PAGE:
As an Audit In-charge, the team requires your technical advice on the scenario where the audit client (acquirer) purchases from another entity (Seller) the exclusive sublicence to distribute Product “X” in a specified jurisdiction/cities.
Seller has the license to distribute Product “X” worldwide. As part of this transaction, audit client (the acquiree) also purchases the existing customer contracts in the jurisdiction and takes over a supply contract to purchase Product “X” from the producer (@ market rates).
None of the identifiable assets acquired has a fair value that constitutes substantially all of the fair value of the gross assets acquired. No employees, other assets, processes, distribution capabilities or other activities are transferred.
After analyzing the above, you can clearly demonstrate that the set of activities and assets has outputs because at the acquisition date the license was generating revenue from customers in the jurisdiction specified in sublicense.
As can be seen, acquired contracts are an input and not a substantive process. Purchaser considers next whether the acquired supply contract provides access to workforce that performs a substantive process.
Because the supply contract is not providing a service that applies a process to another acquired input, you can conclude that,
- the substance of the supply contract is only that of buying Product “X”, without acquiring the organized workforce, processes and other inputs needed to produce Product “X”.
- Furthermore, the acquired sublicence is an input, not a process. no substantive process that could be critical to the output.
It is concluded further that the set is not a business because it does not include an organized workforce and audit client has acquired
Example 6—Acquisition of Brands by the Audit Client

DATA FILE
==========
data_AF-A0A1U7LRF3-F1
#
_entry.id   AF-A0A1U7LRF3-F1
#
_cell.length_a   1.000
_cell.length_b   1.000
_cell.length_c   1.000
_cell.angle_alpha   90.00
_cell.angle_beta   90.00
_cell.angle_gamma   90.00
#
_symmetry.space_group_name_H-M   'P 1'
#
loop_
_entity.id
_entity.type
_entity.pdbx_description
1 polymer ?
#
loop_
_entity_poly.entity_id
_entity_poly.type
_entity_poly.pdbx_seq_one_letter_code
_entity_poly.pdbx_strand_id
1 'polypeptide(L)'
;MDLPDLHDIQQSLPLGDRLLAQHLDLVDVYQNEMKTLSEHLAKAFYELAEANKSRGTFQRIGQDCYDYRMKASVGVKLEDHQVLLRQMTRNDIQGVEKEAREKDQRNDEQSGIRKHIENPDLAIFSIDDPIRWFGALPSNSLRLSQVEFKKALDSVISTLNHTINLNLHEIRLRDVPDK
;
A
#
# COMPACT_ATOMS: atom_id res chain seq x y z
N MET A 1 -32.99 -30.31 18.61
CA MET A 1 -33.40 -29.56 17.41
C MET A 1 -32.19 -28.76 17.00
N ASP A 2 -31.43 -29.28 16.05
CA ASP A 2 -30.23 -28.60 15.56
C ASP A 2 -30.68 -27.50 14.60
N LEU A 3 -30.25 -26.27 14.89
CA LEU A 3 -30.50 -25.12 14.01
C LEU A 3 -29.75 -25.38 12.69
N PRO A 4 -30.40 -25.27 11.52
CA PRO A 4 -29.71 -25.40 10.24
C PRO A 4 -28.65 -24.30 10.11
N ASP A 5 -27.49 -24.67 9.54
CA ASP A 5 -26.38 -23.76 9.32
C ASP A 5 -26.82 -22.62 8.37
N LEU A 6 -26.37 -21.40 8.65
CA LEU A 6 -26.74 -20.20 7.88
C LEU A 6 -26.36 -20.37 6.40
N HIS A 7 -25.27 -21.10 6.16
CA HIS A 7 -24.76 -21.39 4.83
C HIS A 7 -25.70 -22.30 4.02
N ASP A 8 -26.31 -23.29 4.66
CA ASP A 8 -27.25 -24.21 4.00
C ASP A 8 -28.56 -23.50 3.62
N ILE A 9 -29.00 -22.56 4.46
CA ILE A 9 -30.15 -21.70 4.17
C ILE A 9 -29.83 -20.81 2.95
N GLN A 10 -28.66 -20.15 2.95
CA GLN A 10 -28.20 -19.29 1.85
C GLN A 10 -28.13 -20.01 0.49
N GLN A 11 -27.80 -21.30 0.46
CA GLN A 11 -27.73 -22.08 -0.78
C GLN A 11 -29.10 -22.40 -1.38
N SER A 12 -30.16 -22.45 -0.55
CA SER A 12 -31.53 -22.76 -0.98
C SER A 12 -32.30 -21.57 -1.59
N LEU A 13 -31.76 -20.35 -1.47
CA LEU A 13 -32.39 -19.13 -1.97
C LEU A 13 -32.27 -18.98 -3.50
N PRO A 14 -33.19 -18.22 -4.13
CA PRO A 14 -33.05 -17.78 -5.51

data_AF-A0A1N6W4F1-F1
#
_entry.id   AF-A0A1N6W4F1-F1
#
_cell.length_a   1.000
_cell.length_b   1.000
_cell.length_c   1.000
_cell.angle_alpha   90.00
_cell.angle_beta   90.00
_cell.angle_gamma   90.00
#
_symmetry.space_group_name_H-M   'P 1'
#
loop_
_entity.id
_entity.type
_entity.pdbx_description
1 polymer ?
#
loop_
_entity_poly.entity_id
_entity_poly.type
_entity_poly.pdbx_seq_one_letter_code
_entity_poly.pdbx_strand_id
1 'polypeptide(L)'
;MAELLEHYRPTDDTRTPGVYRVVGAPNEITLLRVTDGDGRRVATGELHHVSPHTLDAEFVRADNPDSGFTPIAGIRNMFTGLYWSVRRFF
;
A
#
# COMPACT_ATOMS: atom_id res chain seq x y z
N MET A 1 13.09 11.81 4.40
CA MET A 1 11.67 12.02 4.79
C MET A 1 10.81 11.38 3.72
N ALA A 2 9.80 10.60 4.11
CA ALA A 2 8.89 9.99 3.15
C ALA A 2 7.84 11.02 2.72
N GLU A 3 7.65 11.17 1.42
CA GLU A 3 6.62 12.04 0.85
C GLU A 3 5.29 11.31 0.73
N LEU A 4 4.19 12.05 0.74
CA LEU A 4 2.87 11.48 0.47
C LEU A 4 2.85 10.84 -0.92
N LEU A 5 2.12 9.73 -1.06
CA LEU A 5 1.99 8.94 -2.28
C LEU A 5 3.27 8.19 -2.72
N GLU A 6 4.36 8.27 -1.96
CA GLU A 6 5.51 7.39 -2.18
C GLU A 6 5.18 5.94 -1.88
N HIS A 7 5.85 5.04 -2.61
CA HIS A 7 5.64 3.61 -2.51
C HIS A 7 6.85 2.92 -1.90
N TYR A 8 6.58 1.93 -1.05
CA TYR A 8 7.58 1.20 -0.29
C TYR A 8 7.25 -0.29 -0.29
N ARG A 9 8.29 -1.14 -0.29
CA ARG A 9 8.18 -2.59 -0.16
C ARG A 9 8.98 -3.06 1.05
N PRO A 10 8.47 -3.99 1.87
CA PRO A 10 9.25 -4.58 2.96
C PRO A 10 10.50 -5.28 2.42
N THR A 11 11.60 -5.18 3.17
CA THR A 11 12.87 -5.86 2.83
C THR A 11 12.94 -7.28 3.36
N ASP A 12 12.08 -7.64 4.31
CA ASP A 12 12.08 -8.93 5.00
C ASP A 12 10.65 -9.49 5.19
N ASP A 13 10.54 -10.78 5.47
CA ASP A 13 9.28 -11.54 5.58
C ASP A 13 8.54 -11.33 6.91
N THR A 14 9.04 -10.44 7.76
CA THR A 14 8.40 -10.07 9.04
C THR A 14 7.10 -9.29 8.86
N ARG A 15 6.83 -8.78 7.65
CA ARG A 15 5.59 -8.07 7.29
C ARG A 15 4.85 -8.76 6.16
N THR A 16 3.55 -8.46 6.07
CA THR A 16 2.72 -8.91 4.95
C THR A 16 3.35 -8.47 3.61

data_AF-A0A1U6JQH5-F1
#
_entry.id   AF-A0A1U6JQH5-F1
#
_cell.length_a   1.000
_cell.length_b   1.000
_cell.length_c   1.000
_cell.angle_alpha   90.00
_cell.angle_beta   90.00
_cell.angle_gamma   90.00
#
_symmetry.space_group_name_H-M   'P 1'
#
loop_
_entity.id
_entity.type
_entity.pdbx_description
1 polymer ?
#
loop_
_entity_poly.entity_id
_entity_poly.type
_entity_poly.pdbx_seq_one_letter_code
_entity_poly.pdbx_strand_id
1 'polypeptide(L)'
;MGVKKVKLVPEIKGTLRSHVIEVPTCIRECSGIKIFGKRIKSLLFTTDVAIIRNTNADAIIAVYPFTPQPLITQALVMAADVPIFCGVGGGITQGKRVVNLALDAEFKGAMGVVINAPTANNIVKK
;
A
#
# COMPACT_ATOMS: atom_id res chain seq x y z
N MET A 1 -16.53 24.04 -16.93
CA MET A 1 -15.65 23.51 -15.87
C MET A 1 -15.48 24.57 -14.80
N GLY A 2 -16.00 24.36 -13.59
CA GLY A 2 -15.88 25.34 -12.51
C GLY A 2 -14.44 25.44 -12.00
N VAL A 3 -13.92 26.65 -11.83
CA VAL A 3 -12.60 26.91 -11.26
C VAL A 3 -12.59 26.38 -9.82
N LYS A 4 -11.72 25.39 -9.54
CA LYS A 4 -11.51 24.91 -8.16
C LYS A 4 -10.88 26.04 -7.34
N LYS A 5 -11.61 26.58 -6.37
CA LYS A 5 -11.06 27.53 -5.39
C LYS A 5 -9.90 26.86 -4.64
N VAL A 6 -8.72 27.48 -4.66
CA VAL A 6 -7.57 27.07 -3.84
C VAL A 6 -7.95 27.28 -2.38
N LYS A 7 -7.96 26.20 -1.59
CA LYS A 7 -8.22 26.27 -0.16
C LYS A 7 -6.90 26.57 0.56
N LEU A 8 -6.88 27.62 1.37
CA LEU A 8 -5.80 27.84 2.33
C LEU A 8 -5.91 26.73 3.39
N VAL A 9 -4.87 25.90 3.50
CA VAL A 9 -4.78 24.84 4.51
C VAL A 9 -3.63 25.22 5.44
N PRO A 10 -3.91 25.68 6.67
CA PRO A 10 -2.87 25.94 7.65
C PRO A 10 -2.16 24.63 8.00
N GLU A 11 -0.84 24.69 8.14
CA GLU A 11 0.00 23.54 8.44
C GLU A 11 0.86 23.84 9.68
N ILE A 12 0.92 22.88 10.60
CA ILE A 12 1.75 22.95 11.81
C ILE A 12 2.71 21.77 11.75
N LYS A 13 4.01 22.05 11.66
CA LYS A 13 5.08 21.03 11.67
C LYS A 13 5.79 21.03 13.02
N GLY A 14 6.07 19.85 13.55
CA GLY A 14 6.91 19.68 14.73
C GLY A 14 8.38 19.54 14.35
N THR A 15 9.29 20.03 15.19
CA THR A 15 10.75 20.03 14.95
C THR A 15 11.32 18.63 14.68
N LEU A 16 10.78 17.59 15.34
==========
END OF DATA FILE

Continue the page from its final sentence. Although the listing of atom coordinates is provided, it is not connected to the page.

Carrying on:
Background of transaction
Assume the same facts as in Example E, except that Purchaser purchases the worldwide rights to Product “X”, including all related intellectual property.
The acquired set of activities and assets includes all customer contracts and customer relationships, inventories, marketing, supply, specialized equipment specific to manufacturing Product “X” and the manufacturing processes and tools to produce Product “X”. No employees, other assets, other processes or other activities are transferred.
After analysis of the above, you can clearly demonstrate that,
- The set does not include an organized workforce. However, It can be concluded further that the acquired manufacturing processes are substantive because, when applied to acquired inputs, such as the intellectual property, supply and specialized equipment, those processes mainly contribute to the ability to continue producing outputs and as they are unique to Product “X”.
Furthermore, those critical processes and inputs together mainly contribute to the ability to create output. As a result, the acquired set of activities and assets is a business.
BELOW IS AN EXTRACT OF THE IFRS 3 from thee IFRS Glimpse (IG) published by my-self for the high level overview and understanding.